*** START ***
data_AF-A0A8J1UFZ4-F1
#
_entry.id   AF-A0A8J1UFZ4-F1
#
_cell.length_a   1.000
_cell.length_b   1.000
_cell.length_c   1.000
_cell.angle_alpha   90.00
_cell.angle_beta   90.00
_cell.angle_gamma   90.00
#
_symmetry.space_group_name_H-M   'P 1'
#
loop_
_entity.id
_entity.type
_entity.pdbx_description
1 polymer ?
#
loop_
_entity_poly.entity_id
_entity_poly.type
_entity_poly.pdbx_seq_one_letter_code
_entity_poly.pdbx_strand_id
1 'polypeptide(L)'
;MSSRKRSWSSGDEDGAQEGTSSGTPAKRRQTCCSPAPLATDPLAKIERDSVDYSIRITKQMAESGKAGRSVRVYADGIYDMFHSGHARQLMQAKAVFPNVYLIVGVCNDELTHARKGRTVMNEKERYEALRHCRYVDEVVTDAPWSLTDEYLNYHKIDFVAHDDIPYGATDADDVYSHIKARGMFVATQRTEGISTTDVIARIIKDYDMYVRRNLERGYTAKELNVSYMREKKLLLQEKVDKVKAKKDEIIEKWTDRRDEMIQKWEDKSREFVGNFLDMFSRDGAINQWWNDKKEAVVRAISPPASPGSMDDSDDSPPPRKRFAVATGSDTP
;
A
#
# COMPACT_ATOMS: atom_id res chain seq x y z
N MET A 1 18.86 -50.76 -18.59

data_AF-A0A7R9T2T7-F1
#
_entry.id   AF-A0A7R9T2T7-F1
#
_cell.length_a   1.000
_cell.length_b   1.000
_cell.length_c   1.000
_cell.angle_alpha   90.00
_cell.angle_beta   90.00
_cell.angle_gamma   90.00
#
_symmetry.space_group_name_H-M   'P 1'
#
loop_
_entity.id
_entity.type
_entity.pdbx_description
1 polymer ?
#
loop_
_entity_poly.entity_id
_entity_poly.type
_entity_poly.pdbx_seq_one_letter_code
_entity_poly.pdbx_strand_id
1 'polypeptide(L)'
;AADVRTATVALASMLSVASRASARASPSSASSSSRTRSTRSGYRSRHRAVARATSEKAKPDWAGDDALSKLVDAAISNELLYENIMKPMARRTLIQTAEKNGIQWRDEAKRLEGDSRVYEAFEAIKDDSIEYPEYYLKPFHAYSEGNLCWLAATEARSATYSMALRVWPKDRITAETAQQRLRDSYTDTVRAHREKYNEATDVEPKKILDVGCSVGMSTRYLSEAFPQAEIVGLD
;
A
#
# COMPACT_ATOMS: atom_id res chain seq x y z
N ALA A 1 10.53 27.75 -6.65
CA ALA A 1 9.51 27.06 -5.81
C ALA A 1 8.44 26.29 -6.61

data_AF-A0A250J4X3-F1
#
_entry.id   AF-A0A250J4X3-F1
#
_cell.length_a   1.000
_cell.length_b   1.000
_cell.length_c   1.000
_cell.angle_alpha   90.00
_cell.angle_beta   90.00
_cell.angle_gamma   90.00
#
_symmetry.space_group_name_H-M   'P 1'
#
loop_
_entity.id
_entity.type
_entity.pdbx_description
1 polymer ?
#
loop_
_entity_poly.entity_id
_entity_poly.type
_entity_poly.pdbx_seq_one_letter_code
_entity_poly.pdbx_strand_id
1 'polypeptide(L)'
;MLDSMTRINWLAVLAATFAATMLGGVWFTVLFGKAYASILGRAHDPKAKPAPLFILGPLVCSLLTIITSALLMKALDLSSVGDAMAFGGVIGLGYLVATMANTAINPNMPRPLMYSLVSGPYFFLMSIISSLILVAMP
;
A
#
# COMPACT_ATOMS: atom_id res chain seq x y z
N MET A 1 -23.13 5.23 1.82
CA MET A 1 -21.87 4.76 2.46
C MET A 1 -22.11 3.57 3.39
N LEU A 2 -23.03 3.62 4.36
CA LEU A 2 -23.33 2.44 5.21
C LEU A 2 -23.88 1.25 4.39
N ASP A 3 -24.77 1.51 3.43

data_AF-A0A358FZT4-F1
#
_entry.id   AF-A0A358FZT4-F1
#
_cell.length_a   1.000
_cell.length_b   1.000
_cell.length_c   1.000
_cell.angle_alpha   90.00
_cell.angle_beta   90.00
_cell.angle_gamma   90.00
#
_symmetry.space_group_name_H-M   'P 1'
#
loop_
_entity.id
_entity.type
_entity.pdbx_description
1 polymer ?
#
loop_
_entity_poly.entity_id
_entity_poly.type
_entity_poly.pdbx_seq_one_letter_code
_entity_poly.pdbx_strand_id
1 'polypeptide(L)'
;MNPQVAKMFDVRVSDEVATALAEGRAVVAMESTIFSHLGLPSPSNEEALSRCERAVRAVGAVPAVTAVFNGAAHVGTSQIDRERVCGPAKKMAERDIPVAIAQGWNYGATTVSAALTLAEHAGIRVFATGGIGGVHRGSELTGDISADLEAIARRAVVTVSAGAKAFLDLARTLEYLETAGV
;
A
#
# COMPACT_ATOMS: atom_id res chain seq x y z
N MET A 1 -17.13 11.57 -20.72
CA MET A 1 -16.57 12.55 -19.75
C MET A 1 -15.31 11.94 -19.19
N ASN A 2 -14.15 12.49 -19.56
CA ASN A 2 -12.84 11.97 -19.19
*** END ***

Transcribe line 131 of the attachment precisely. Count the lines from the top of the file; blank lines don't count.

# COMPACT_ATOMS: atom_id res chain seq x y z